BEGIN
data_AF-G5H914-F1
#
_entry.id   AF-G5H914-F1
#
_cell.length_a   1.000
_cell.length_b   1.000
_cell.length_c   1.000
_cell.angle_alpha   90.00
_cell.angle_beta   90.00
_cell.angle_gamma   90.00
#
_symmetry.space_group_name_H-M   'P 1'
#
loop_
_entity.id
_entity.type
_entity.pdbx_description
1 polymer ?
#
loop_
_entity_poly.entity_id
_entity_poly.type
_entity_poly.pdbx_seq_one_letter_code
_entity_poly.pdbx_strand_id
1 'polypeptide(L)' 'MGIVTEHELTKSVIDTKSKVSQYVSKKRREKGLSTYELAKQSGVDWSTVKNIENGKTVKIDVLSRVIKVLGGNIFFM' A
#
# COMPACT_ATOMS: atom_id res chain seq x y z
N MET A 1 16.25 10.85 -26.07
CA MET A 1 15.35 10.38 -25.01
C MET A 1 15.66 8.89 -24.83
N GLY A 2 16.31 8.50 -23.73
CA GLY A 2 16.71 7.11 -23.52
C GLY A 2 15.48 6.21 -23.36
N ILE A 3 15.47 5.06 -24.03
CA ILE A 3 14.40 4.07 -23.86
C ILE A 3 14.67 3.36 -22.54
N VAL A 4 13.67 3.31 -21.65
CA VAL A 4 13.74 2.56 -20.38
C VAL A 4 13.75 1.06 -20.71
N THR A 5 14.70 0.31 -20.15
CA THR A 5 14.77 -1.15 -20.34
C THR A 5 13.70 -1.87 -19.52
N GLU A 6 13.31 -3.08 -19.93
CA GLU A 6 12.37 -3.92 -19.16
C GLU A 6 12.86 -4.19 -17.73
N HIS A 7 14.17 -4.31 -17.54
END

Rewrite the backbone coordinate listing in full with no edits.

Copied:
data_AF-G5H914-F1
#
_entry.id   AF-G5H914-F1
#
_cell.length_a   1.000
_cell.length_b   1.000
_cell.length_c   1.000
_cell.angle_alpha   90.00
_cell.angle_beta   90.00
_cell.angle_gamma   90.00
#
_symmetry.space_group_name_H-M   'P 1'
#
loop_
_entity.id
_entity.type
_entity.pdbx_description
1 polymer ?
#
loop_
_entity_poly.entity_id
_entity_poly.type
_entity_poly.pdbx_seq_one_letter_code
_entity_poly.pdbx_strand_id
1 'polypeptide(L)' 'MGIVTEHELTKSVIDTKSKVSQYVSKKRREKGLSTYELAKQSGVDWSTVKNIENGKTVKIDVLSRVIKVLGGNIFFM' A
#
# COMPACT_ATOMS: atom_id res chain seq x y z
N MET A 1 16.25 10.85 -26.07
CA MET A 1 15.35 10.38 -25.01
C MET A 1 15.66 8.89 -24.83
N GLY A 2 16.31 8.50 -23.73
CA GLY A 2 16.71 7.11 -23.52
C GLY A 2 15.48 6.21 -23.36
N ILE A 3 15.47 5.06 -24.03
CA ILE A 3 14.40 4.07 -23.86
C ILE A 3 14.67 3.36 -22.54
N VAL A 4 13.67 3.31 -21.65
CA VAL A 4 13.74 2.56 -20.38
C VAL A 4 13.75 1.06 -20.71
N THR A 5 14.70 0.31 -20.15
CA THR A 5 14.77 -1.15 -20.34
C THR A 5 13.70 -1.87 -19.52
N GLU A 6 13.31 -3.08 -19.93
CA GLU A 6 12.37 -3.92 -19.16
C GLU A 6 12.86 -4.19 -17.73
N HIS A 7 14.17 -4.31 -17.54